I was laying awake early this morning thinking about Oracle.

Back when it was starting its $20 billion buying spree of companies in 2006, analysts all said the strategy would fail. There were a lot of compelling arguments why.

People said that the assets of a software company are the engineers and the engineers would go elsewhere. People argued that Oracle fundamentally didn’t know how to write good application software, and they couldn’t buy their way into changing that DNA. People argued that stitching together the disparate systems of PeopleSoft, Siebel, Oracle into Project Fusion would create a Frankensteinian mess of unshippable bloatware. I once wrote a BusinessWeek profile of John Wookey– the man tasked with Fusion in the wake of all the purchases– called “The Hardest Job in Silicon Valley.” It’s telling that he’s now at Salesforce.

At the time, I was far more bullish on Oracle’s chances than all of these naysayers for a few reasons. First off, a horrible business application was all relative. The entire category  sucked. Oracle’s applications were worse than SAP’s, but no one relished using SAP either.

PeopleSoft and Siebel were far better with their so-called “best of breed” applications that focused on HR software and customer relationship management. But even they were too hard to use, configure and required employee training. There were famously millions of seats of Siebel software sold in the late 1990s and early 2000s that were never used.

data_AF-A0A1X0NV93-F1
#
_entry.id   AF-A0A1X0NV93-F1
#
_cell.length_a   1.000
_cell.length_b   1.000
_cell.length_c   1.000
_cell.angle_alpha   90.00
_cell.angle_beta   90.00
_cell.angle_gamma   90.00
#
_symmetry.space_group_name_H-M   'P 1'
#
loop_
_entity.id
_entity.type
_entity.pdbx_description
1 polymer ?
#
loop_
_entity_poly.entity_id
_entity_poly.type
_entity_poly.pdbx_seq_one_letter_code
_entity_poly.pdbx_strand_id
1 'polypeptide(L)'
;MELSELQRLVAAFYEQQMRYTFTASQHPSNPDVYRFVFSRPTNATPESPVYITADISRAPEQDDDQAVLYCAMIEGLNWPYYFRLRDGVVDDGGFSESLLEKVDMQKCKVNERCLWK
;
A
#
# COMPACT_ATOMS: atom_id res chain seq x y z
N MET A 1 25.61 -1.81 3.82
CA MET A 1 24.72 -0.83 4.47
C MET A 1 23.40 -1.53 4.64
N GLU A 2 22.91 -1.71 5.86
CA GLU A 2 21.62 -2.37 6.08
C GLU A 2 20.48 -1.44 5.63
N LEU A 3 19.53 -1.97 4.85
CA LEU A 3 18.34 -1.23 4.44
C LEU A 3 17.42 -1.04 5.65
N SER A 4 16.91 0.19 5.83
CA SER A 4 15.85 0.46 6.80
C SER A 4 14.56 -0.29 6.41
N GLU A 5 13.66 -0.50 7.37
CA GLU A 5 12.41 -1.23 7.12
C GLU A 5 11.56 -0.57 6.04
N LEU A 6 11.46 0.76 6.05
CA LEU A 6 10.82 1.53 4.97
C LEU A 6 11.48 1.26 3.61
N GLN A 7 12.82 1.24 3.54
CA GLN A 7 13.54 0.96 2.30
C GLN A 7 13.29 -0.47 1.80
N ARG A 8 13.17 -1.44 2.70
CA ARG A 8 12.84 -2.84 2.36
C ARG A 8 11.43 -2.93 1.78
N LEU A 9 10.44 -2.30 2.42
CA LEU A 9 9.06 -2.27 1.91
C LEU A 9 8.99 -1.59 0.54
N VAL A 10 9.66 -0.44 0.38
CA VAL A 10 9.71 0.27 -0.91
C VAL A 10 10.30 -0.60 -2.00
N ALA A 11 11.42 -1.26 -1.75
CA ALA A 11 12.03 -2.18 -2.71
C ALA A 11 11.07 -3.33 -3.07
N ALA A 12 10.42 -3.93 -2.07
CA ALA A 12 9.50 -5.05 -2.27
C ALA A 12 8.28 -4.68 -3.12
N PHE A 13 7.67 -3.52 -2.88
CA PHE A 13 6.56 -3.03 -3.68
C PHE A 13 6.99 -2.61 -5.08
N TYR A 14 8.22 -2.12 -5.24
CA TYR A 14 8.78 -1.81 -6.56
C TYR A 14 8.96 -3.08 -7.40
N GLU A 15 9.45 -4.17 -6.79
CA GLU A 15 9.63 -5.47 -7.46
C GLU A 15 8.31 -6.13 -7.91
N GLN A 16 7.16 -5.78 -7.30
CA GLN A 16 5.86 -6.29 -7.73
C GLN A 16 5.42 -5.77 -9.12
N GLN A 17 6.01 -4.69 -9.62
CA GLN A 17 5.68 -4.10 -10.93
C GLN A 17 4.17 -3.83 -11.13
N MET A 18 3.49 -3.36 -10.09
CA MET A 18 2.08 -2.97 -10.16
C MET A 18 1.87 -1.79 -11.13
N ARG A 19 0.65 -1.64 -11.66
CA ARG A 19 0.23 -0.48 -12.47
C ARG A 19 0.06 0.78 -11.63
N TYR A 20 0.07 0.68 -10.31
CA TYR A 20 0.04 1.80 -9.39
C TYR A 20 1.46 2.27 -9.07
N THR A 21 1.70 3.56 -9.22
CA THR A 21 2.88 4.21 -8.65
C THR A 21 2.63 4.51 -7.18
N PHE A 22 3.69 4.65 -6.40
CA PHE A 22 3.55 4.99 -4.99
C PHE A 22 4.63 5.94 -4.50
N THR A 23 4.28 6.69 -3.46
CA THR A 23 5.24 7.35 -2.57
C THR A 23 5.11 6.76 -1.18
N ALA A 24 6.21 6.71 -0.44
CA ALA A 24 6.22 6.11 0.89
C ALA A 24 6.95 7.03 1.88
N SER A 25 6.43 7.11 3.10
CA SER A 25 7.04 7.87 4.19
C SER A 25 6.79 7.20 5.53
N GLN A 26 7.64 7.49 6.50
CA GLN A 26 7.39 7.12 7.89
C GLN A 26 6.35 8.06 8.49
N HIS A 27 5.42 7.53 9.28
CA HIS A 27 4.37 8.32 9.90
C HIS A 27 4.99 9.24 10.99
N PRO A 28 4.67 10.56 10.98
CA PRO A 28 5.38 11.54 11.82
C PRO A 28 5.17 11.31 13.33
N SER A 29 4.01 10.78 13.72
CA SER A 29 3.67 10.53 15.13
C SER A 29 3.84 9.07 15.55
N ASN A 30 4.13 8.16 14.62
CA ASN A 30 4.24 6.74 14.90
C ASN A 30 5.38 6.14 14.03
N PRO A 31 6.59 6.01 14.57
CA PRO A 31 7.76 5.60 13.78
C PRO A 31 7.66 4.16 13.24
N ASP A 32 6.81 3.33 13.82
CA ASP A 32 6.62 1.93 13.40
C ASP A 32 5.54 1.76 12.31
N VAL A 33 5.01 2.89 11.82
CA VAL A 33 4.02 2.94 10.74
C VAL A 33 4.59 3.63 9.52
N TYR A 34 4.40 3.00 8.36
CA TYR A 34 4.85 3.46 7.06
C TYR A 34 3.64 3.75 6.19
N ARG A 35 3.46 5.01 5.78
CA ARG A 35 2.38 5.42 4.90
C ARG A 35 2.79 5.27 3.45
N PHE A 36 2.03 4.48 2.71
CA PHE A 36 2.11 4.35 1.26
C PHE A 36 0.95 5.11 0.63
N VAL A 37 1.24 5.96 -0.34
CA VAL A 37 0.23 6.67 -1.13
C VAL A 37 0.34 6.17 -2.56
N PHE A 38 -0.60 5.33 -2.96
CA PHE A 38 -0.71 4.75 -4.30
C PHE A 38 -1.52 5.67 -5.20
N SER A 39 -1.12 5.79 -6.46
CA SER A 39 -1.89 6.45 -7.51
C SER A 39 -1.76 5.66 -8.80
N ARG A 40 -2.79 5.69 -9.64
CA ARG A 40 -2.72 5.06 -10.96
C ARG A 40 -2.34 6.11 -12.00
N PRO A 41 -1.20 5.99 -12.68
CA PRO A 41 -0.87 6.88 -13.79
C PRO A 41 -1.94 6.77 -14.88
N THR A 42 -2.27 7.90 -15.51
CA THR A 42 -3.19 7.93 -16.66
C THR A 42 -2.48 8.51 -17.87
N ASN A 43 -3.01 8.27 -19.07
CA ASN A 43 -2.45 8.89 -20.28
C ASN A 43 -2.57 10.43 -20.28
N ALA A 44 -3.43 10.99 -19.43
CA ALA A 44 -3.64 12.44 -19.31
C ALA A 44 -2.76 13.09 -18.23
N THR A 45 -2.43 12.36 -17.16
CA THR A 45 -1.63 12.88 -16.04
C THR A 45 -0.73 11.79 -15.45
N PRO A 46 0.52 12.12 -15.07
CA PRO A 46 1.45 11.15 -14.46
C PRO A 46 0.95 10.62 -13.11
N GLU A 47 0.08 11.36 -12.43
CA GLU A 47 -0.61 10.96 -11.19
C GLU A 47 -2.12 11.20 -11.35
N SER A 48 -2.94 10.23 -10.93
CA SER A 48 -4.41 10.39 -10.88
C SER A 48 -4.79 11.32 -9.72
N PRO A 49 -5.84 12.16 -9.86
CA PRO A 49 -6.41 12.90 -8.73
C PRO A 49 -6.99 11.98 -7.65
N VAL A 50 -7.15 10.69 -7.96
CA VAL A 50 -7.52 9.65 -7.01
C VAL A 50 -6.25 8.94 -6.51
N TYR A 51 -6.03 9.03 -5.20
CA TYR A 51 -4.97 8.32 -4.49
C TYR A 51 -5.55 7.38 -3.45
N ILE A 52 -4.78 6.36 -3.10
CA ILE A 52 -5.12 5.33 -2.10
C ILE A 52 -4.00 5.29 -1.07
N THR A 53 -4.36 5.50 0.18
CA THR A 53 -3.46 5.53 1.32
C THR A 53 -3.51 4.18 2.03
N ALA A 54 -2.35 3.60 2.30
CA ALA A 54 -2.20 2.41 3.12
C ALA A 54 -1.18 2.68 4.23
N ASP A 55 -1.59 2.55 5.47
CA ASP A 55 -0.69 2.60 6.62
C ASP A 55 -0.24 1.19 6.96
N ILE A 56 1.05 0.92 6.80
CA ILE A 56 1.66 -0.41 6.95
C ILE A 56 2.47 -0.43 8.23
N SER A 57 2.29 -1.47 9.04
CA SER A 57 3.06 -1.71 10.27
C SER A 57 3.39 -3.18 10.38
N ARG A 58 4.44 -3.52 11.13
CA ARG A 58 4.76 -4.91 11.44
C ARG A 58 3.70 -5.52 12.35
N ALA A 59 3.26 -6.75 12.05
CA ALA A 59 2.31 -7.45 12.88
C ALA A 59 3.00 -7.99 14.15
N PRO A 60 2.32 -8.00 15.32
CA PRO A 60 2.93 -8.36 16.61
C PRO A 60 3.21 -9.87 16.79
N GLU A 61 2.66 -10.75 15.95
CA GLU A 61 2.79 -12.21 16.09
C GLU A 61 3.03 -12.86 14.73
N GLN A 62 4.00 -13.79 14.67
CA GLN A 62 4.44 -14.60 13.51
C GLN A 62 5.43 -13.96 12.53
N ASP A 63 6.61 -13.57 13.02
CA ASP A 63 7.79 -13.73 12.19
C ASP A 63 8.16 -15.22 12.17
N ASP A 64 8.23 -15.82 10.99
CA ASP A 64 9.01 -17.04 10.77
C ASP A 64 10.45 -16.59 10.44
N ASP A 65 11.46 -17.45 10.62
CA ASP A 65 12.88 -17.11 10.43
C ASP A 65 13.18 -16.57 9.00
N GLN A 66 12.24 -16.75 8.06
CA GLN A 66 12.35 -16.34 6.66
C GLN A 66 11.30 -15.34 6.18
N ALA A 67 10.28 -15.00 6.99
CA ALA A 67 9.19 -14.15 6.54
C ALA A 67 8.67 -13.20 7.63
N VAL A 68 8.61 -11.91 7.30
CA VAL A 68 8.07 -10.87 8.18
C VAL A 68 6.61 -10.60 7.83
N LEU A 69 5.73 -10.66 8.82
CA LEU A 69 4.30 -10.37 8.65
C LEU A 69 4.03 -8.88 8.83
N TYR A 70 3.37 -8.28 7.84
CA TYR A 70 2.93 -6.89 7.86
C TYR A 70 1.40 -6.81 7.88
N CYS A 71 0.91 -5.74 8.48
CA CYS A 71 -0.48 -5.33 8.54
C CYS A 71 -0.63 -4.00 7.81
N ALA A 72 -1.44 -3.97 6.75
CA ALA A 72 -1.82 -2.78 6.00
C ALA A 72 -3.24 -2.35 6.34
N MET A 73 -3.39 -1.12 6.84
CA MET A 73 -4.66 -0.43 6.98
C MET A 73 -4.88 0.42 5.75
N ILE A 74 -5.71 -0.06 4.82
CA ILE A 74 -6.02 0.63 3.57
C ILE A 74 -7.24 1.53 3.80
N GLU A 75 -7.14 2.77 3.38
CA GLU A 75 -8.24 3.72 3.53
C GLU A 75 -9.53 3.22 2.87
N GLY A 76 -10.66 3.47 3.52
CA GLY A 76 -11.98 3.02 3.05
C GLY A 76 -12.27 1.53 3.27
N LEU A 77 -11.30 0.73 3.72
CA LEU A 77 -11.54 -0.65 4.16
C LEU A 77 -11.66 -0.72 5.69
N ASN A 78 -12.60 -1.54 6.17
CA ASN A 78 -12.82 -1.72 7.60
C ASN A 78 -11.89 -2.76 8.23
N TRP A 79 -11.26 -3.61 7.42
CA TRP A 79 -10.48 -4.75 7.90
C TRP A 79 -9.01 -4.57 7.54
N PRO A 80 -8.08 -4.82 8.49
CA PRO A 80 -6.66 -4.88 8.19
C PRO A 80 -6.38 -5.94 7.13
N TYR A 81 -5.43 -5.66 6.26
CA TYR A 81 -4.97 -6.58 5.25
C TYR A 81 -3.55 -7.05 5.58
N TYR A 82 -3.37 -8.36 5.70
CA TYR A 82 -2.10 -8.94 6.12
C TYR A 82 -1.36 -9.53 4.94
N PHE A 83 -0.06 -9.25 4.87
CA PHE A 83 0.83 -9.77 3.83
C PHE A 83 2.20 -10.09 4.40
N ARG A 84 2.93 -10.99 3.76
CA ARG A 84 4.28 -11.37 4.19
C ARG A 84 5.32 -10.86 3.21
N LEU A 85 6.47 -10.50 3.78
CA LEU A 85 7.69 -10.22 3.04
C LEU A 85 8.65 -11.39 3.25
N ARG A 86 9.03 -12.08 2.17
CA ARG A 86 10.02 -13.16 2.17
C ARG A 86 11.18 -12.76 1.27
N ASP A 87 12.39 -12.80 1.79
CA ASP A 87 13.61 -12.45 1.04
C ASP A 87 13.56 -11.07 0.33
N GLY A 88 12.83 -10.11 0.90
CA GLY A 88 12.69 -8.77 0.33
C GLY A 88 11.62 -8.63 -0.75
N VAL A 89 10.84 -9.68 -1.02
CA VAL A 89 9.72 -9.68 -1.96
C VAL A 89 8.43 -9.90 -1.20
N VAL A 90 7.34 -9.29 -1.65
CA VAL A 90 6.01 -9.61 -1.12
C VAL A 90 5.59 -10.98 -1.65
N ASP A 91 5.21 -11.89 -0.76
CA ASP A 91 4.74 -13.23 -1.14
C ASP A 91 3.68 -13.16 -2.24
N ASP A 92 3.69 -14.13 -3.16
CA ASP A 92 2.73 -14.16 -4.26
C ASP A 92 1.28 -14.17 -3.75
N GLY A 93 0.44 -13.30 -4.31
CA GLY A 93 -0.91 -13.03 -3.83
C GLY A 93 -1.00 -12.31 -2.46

Second, Oracle had nailed the hard stuff: The underlying technology layer. SAP simply couldn’t compete on database or middleware technology. There was so much pent up anger that companies had been forced to spend billions on consultants to make enterprise software work together. By the mid-2000s there was a huge push to streamine things to one vendor: One person to call and scream at if things went wrong. One vendor that couldn’t pass the buck. If you were going to go with one vendor, Oracle was simply the better option because the underlying technology was just better and that’s the stuff that had to work.

The third reason was that Larry Ellison just got what the market wanted at that moment, and he played it perfectly. He knew that this was a moment in time in the software application wars where the best product simply didn’t matter, because everyone had resigned himself or herself to the fact that enterprise software just chronically under delivers on what the sales guy promises.